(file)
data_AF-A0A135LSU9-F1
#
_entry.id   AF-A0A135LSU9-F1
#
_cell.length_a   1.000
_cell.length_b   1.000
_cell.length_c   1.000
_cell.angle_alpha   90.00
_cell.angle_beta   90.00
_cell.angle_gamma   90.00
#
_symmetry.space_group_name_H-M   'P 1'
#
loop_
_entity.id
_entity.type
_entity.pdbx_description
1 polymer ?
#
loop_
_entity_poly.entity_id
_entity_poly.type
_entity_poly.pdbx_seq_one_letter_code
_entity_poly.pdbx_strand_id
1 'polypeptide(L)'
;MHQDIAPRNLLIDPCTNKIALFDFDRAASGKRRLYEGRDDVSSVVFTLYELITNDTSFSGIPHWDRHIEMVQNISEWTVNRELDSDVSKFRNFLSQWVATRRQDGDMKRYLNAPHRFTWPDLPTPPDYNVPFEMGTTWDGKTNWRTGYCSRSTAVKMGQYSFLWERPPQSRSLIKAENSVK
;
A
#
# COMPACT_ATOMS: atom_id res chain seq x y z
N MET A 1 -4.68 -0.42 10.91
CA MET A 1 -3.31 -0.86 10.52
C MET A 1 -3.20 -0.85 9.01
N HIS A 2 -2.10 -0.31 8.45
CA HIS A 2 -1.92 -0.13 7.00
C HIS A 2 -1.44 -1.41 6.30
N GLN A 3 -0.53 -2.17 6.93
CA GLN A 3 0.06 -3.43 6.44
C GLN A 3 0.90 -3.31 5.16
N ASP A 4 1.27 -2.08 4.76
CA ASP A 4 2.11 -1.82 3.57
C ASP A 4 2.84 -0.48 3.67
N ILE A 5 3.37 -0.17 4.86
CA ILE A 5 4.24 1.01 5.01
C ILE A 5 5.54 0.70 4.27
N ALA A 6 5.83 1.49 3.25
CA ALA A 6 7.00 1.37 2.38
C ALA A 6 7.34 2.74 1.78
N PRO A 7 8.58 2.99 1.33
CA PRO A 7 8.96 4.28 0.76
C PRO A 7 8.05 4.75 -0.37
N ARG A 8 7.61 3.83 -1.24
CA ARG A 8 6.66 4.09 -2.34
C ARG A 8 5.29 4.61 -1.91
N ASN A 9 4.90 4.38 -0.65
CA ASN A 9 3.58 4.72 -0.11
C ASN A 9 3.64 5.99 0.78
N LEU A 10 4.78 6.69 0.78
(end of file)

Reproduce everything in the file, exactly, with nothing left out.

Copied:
data_AF-A0A135LSU9-F1
#
_entry.id   AF-A0A135LSU9-F1
#
_cell.length_a   1.000
_cell.length_b   1.000
_cell.length_c   1.000
_cell.angle_alpha   90.00
_cell.angle_beta   90.00
_cell.angle_gamma   90.00
#
_symmetry.space_group_name_H-M   'P 1'
#
loop_
_entity.id
_entity.type
_entity.pdbx_description
1 polymer ?
#
loop_
_entity_poly.entity_id
_entity_poly.type
_entity_poly.pdbx_seq_one_letter_code
_entity_poly.pdbx_strand_id
1 'polypeptide(L)'
;MHQDIAPRNLLIDPCTNKIALFDFDRAASGKRRLYEGRDDVSSVVFTLYELITNDTSFSGIPHWDRHIEMVQNISEWTVNRELDSDVSKFRNFLSQWVATRRQDGDMKRYLNAPHRFTWPDLPTPPDYNVPFEMGTTWDGKTNWRTGYCSRSTAVKMGQYSFLWERPPQSRSLIKAENSVK
;
A
#
# COMPACT_ATOMS: atom_id res chain seq x y z
N MET A 1 -4.68 -0.42 10.91
CA MET A 1 -3.31 -0.86 10.52
C MET A 1 -3.20 -0.85 9.01
N HIS A 2 -2.10 -0.31 8.45
CA HIS A 2 -1.92 -0.13 7.00
C HIS A 2 -1.44 -1.41 6.30
N GLN A 3 -0.53 -2.17 6.93
CA GLN A 3 0.06 -3.43 6.44
C GLN A 3 0.90 -3.31 5.16
N ASP A 4 1.27 -2.08 4.76
CA ASP A 4 2.11 -1.82 3.57
C ASP A 4 2.84 -0.48 3.67
N ILE A 5 3.37 -0.17 4.86
CA ILE A 5 4.24 1.01 5.01
C ILE A 5 5.54 0.70 4.27
N ALA A 6 5.83 1.49 3.25
CA ALA A 6 7.00 1.37 2.38
C ALA A 6 7.34 2.74 1.78
N PRO A 7 8.58 2.99 1.33
CA PRO A 7 8.96 4.28 0.76
C PRO A 7 8.05 4.75 -0.37
N ARG A 8 7.61 3.83 -1.24
CA ARG A 8 6.66 4.09 -2.34
C ARG A 8 5.29 4.61 -1.91
N ASN A 9 4.90 4.38 -0.65
CA ASN A 9 3.58 4.72 -0.11
C ASN A 9 3.64 5.99 0.78
N LEU A 10 4.78 6.69 0.78